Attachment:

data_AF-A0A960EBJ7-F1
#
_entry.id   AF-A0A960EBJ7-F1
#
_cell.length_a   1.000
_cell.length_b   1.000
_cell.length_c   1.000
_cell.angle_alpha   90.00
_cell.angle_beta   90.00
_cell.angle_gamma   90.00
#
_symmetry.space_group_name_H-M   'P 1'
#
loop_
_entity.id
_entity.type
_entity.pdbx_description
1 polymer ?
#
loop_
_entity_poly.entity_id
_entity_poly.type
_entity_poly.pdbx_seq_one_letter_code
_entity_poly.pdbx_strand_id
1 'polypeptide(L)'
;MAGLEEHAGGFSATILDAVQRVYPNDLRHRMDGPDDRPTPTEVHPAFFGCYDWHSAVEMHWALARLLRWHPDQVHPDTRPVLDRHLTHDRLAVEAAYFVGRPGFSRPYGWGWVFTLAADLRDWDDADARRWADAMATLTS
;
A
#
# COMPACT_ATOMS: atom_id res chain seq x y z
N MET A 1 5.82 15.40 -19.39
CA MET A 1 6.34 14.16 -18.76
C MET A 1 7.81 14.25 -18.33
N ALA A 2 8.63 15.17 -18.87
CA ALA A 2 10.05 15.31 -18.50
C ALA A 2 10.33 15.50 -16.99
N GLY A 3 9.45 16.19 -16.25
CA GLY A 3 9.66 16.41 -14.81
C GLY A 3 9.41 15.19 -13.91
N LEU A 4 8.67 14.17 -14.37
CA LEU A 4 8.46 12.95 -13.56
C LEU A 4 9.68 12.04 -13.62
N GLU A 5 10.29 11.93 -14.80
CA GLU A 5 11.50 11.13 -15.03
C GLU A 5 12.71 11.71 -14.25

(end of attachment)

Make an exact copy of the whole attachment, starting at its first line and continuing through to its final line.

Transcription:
data_AF-A0A960EBJ7-F1
#
_entry.id   AF-A0A960EBJ7-F1
#
_cell.length_a   1.000
_cell.length_b   1.000
_cell.length_c   1.000
_cell.angle_alpha   90.00
_cell.angle_beta   90.00
_cell.angle_gamma   90.00
#
_symmetry.space_group_name_H-M   'P 1'
#
loop_
_entity.id
_entity.type
_entity.pdbx_description
1 polymer ?
#
loop_
_entity_poly.entity_id
_entity_poly.type
_entity_poly.pdbx_seq_one_letter_code
_entity_poly.pdbx_strand_id
1 'polypeptide(L)'
;MAGLEEHAGGFSATILDAVQRVYPNDLRHRMDGPDDRPTPTEVHPAFFGCYDWHSAVEMHWALARLLRWHPDQVHPDTRPVLDRHLTHDRLAVEAAYFVGRPGFSRPYGWGWVFTLAADLRDWDDADARRWADAMATLTS
;
A
#
# COMPACT_ATOMS: atom_id res chain seq x y z
N MET A 1 5.82 15.40 -19.39
CA MET A 1 6.34 14.16 -18.76
C MET A 1 7.81 14.25 -18.33
N ALA A 2 8.63 15.17 -18.87
CA ALA A 2 10.05 15.31 -18.50
C ALA A 2 10.33 15.50 -16.99
N GLY A 3 9.45 16.19 -16.25
CA GLY A 3 9.66 16.41 -14.81
C GLY A 3 9.41 15.19 -13.91
N LEU A 4 8.67 14.17 -14.37
CA LEU A 4 8.46 12.95 -13.56
C LEU A 4 9.68 12.04 -13.62
N GLU A 5 10.29 11.93 -14.80
CA GLU A 5 11.50 11.13 -15.03
C GLU A 5 12.71 11.71 -14.25